“Too often, writers fear that in order to get attention in an over-stimulated world, they need to open with a car crash, a zombie apocalypse, an explosion of expletives, an alternate universe, or prose that turns cartwheels on the ceiling. It’s not that those things can’t work, but they’re certainly not necessary, and unless they’re done exceedingly well, they backfire. What the editor is really looking for is presence on the page—a feeling that you, the author, are in control; that you have a deep respect for language and a well-made sentence, no matter how plain or ornate; that something is at stake; and that in addition to whatever plot you are hatching, you can create friction in the simple act of rubbing two sentences up against each other.” – Dawn Raffel, “The Most Important Words”

→ 2 CommentsTags: Lit & Crit · Verandah

Not what could be called equitable

September 19th, 2014 · No Comments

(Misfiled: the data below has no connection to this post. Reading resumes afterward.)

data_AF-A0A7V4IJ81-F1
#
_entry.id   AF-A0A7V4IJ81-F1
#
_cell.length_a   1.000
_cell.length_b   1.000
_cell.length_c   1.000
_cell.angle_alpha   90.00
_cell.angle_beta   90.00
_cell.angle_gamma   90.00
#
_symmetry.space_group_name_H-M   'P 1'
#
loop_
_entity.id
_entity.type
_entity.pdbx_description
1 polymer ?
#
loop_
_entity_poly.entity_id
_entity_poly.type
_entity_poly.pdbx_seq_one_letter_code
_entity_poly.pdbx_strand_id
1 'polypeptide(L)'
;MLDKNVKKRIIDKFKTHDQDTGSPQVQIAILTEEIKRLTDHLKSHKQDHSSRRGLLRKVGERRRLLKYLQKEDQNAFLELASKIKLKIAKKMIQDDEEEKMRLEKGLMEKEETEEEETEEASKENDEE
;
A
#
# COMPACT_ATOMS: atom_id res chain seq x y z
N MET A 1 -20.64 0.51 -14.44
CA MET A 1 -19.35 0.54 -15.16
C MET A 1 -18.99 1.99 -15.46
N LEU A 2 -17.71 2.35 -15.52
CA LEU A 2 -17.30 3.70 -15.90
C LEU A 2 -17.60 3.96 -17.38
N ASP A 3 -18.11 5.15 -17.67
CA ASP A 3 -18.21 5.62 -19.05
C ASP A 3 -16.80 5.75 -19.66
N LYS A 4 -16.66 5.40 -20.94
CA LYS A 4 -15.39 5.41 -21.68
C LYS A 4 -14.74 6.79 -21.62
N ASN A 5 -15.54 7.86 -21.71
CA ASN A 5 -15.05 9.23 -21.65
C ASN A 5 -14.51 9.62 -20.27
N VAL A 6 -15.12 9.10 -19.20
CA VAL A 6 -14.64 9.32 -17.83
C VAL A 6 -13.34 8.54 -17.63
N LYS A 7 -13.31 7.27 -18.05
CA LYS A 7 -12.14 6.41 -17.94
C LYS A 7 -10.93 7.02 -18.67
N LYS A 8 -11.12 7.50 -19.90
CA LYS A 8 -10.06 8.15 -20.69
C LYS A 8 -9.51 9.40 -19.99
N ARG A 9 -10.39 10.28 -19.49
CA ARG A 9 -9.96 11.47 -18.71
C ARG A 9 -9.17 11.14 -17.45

“The apportionment of taxes on the various descriptions of property, is an act which seems to require the most exact impartiality; yet there is perhaps no legislative act in which greater opportunity and temptation are given to a predominant party, to trample on the rules of justice. Every shilling with which they over-burden the inferior number, is a shilling saved to their own pockets.” – James Madison, “The Federalist X”

→ No CommentsTags: Economics · James Madison · Politics & Law · The American Constitution

From here to eternity

September 18th, 2014 · No Comments

“As long as the reason of man continues fallible, and he is at liberty to exercise it, different opinions will be formed. As long as the connection subsists between his reason and his self-love, his opinions and his passions will have a reciprocal influence on each other; and the former will be objects to which the latter will attach themselves. The diversity in the faculties of men from which the rights of property originate, is not less an insuperable obstacle to a uniformity of interests. The protection of these faculties is the first object of Government. From the protection of different and unequal faculties of acquiring property, the possession of different degrees and kinds of property immediately results: and from the influence of these on the sentiments and views of the respective proprietors, ensues a division of the society into different interests and parties.